Cathy Eastman with her grandson Owen. (Photo submitted)

Cathy Eastman with her grandson Owen. (Photo submitted)

Blood donations always in high demand as clinic comes to Chemainus

Residents can follow Eastman’s lead and help save lives by taking a few moments Sept. 6

Cathy Eastman never hesitates to give blood.

The Chemainus resident has been doing it so long it’s become second nature, but the importance of the cause never leaves her mind. She’s now made 105 donations over a span of 15 years.

Her continued contributions are crucial for Canadian Blood Services and there’s always an urgent need for new donors on the Island to help save lives.

Ann Chabert, territory manager for Canadian Blood Services in Victoria, points out a blood donor clinic is being held in Chemainus on Thursday, Sept. 6 from 1 to 7 p.m. at the Chemainus 55+ Activity Centre, 9824 Willow St. Eastman will be there to donate again and hopes she’ll be joined by many other people willing to help out.

Eastman noted her journey toward donating blood began in honour of her dad, who died in 1967 at the age of 46 after a five-year battle with leukemia and thus required many blood transfusions.

“My desire to continue doing so came about from another heartbreaking event,” she added. “Almost three years ago my grandson, Owen (Eastman), was diagnosed with Hemolytic disease of the newborn. This came about as my son is Rh positive and my daughter-in-law Rh negative. Owen was a very sick baby and had to endure a complete blood exchange, but with the skill of the Victoria NICU he was able to come home after two weeks.

“His story, however, doesn’t end there. After being home for a week, my daughter-in-law was looking at a poop chart now given out in maternity wards. She noticed that her baby’s poop looked like it belonged in the not-so-good category. She sent an e-mail off to the doctor in Vancouver whose name was on the pamphlet and heard back from him in 15 minutes with the very bad news that he needed to see Owen right away.”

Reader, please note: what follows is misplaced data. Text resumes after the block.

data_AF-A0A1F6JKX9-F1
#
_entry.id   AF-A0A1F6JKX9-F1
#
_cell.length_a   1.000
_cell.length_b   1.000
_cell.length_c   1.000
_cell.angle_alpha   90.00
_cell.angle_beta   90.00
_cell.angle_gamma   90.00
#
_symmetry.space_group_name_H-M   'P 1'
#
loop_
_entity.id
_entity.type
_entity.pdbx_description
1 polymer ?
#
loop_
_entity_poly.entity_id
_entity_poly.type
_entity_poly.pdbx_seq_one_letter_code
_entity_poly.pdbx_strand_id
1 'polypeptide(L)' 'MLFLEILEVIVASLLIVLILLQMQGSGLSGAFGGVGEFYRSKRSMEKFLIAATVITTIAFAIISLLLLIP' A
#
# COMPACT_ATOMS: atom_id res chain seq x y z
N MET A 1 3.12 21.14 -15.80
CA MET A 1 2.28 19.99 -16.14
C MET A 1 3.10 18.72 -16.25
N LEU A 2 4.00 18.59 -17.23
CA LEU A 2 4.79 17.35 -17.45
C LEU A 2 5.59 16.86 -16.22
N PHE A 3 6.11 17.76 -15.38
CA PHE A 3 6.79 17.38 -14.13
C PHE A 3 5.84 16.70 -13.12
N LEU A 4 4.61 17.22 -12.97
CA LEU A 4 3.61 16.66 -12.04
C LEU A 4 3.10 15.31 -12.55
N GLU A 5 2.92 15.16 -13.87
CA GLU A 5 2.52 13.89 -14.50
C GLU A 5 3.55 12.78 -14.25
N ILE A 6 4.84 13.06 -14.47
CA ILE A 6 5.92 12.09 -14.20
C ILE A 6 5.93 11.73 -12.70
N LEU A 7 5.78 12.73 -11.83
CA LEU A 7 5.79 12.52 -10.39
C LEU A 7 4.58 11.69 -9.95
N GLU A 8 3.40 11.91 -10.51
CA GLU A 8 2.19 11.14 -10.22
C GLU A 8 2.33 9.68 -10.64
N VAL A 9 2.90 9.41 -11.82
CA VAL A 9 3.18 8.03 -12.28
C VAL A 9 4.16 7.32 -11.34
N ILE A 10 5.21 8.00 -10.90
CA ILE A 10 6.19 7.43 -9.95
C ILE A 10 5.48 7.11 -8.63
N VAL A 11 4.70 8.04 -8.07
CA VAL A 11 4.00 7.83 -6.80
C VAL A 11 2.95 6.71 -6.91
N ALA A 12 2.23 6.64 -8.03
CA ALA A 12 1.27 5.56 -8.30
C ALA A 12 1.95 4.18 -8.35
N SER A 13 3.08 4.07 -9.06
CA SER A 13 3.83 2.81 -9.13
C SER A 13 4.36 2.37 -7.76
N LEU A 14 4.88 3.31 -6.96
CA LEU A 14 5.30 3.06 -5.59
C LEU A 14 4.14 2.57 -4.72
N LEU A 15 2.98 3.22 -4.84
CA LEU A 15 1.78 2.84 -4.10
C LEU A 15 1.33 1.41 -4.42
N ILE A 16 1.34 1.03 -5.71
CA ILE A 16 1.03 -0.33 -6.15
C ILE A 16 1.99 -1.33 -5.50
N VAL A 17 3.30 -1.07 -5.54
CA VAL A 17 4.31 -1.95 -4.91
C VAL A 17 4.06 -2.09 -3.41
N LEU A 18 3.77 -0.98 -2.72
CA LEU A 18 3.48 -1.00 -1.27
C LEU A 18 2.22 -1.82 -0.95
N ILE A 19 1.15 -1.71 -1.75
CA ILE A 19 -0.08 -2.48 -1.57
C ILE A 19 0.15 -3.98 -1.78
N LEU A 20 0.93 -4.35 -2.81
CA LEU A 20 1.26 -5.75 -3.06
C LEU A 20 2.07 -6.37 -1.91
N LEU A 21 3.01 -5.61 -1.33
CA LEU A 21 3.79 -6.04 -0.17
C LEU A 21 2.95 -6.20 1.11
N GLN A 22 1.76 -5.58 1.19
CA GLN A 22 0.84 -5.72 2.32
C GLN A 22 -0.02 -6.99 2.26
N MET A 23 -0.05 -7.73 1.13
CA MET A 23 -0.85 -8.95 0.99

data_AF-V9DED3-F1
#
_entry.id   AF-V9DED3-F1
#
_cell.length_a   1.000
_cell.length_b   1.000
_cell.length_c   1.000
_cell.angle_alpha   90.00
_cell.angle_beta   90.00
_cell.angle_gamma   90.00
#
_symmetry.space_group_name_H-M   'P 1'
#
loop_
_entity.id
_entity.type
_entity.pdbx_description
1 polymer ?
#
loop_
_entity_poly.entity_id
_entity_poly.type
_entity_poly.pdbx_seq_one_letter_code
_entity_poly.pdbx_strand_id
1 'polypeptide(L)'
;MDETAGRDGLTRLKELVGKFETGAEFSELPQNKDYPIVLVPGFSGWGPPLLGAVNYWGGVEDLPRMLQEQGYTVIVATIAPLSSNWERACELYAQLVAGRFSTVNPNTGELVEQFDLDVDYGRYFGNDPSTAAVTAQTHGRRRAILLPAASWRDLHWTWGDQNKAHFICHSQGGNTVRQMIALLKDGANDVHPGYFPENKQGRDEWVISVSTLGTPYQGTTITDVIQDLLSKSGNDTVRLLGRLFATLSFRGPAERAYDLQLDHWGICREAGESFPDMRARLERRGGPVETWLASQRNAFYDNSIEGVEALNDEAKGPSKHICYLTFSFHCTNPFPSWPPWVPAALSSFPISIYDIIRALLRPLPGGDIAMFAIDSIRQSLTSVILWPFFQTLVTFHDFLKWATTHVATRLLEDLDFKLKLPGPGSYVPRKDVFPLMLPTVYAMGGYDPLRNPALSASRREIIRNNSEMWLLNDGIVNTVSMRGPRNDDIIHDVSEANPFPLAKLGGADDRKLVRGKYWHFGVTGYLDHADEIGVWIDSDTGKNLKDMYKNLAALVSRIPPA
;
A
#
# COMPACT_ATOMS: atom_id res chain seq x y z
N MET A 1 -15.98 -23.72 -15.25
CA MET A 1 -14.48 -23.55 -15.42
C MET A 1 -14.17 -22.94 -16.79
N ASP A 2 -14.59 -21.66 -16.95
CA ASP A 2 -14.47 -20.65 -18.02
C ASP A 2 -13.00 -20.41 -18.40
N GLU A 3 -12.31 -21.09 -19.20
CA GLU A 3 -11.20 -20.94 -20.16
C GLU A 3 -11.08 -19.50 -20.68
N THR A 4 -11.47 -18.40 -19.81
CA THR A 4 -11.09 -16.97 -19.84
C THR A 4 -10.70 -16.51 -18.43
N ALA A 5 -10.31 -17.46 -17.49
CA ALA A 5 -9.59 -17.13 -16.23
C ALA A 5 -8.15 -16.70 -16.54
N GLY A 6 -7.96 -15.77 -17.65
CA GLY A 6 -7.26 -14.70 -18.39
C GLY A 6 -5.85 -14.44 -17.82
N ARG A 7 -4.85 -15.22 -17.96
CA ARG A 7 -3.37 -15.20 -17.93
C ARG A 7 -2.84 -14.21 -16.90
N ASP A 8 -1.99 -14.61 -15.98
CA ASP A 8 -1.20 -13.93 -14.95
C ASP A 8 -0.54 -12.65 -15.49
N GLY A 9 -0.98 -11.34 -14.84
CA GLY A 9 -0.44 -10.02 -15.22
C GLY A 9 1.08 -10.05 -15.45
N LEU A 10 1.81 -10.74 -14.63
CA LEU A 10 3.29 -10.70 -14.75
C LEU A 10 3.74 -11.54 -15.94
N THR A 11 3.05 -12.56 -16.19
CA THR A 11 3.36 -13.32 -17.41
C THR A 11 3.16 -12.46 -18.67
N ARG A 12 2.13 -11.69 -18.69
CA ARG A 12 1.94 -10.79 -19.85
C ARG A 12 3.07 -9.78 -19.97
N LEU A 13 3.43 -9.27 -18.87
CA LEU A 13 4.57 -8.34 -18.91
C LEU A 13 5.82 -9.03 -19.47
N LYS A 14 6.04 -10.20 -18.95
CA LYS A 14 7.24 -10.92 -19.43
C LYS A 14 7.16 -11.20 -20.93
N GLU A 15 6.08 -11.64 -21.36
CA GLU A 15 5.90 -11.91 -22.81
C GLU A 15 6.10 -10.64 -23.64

Owen, who already had one critical illness, was now diagnosed with another, Biliary Artesia. Totally unrelated, Owen also had a procedure called the Kasia and is doing extremely well, but will require a liver transplant in his lifetime.

“I thank blood donors every time I remember all that he’s been through and all that is to come and how lucky am I to be able to give back,” summed up Eastman.

Owen attended the Liver Foundation Gala in Vancouver in 2016 and 2017. Both Owen and his doctor were honoured there.

Now 2 1/2 years old, Owen, who lives in Duncan, can ride a bike and ski and has taken swimming lessons since the age of six months.

“Thanks to complete strangers he’s alive,” noted Cathy Eastman. “We never take that for granted.”

Canadian Blood Services is urging Canadians to help meet patients’ needs by donating blood and encouraging others to roll up their sleeves as well.

“With people away or busy with other activities, there tend to be fewer donations, making summer one of the most challenging times for Canada’s blood system,” noted Patricia Willms, event c­oordinator for Canadian Blood Services in Victoria.

Mark your calendars for additional clinics in Chemainus that will take place at Chemainus Secondary School on Nov. 29, 2018 and Feb. 21, 2019.